I'm seriously looking at this wheel. I'm in need of a new entry to medium level wheel, and am nervous that the Logitech's FFB (especially for rally or more detailed titles like AMS1 and rF2) just won't be immersive enough or respond quickly enough. Which leads me to this or a T300 GT. And it looks like I can get this T248 with a special "anything at all fails and we give you a replacement" warranty from a store near me -- would be nice insurance against the cases of Thrustmaster unreliability. Whereas I can't get a T300 with that kind of warranty. Making me seriously think about it!
I don't understand this part of your post. DD is far more responsive than a belt or gear drive wheel. I had a CSL Elite that was great once I understood how to tune it properly. I was hesitant to get a DD but I found myself with the means to get one and pulled the trigger.

The improvement in my ability to control the car, the speed at which it reacts, the fidelity, etc...make DD the avenue (if you can afford it) for a more immersive and responsive wheel base. Even with the torque key removed (only allows for low torque) the fidelity and speed over my CSL Elite wheelbase were noticeable.

If you can afford the CSL DD I would highly recommend getting it as opposed to any similar priced non-DD wheel. If you can afford a DD1, DD2 or other, stronger wheel base, then get that if you are serious about sim racing.

That being said, if you cannot afford DD because it is at your limit, or you continue to have doubts, a belt or gear wheel, if tuned properly, may be the best route for you. I am quite sure have been beaten by more than one racer who has basic gear.
 
I bought a T300RS and TP3A pedals to replace my G25, I think it was a nice step up, One of the problems with the T300RS wheel is that with hard, Prolonged use it can get very hot, Stuff inside melts and that's what seems to cause a lot of the wheels problems, I tweaked it so the cooling fan runs continuously, I've had zero problems so far and when the original cooling fan finally wears out i've got a nice Noctua fan to replace it with.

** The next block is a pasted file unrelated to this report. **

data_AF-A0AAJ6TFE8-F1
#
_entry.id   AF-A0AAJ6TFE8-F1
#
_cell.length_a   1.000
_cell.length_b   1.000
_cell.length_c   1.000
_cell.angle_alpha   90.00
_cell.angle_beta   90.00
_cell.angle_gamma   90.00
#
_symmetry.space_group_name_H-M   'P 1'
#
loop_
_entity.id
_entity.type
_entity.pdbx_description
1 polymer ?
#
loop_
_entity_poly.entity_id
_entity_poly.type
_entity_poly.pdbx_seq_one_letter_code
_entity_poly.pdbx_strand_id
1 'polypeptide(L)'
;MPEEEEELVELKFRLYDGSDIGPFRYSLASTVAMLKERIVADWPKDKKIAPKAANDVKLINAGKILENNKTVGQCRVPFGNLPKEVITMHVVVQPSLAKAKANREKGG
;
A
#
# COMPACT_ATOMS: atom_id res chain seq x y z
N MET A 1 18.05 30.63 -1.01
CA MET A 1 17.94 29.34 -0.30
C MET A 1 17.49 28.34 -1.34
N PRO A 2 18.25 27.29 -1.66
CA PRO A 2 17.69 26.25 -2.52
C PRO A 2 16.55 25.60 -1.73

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They should corner a market, do a deal with SCS to make wheels for some of the popular makes in ATS and ETS .........like you know how many people drive those 2
You think they want a wheel belongs in a race car ?

Pretty similar to Mack in ATS don't you think ?

mack-anthem-2018-lite-1-35-x.jpg



I think that you have a point. That's a simracing niche that has been unexploited untill now, to me that niche is similar to the flight simulators one. The simracing hardware based on racing cars is underwhelming for that audience, they need manual gearboxes with 16 gears or more, turning blinkers levers, wiper levers, light swithes, speed limiter switches, braking levers...

I'm not part of that niche, but it's glaringly obvious that there is a big fanbase in a need of a hardware that nobody has ever offered to them. Just looking the amount of copies that ETS2 has sold on steam one have to acknoledge that there is a very big community in a need of specialized hardware for their needs, a hardware that as of now don't exist. In my opinion that niche is free real state, a very easy money waiting for some company to exploit it and with no competitor at all.

And, if someone from those companies is reading me: just making a big wheel rim doesn't cut it, that niche needs levers and controls. A copy of a truck rim is underwhelming if you can't use brakes, blinkers, wipers, or switch lights with levers as a real life truck or car has. That people are truckers wannabies, they are roleplaying, they need those controls. It's going to be more expensive than a typical racing wheel, but there is no alternative in that niche.
 
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Comparing the Thrustmaster T248 to Logitech G923 in terms of appearance is like comparing a 2015 Mazda MX-5 to a 1987 Ferrari F1/87.

I always have better times on virtually driving F1 cars over any sort of Mazda MX-5s.
 
I wanted to just leave a suggestion to the author of the article. I think that part of your audience would highly value if when a company sends a wheel or pedals to review, the reviewer would teardown it and show us pictures with what is inside.

Specially in cases like this wheel and with cheap hardware, the manufacturers are very tempted to use plastic in parts that are very wear sensitive as in pedals axis or wheel axis.

It can help people to make a purchase decission, instead of risking to purchase a wheel today and a year and a half after the purchase regret ever purchasing it because now the pedals or wheel have slack or uncomfortable plastic rubbing against plastic noises.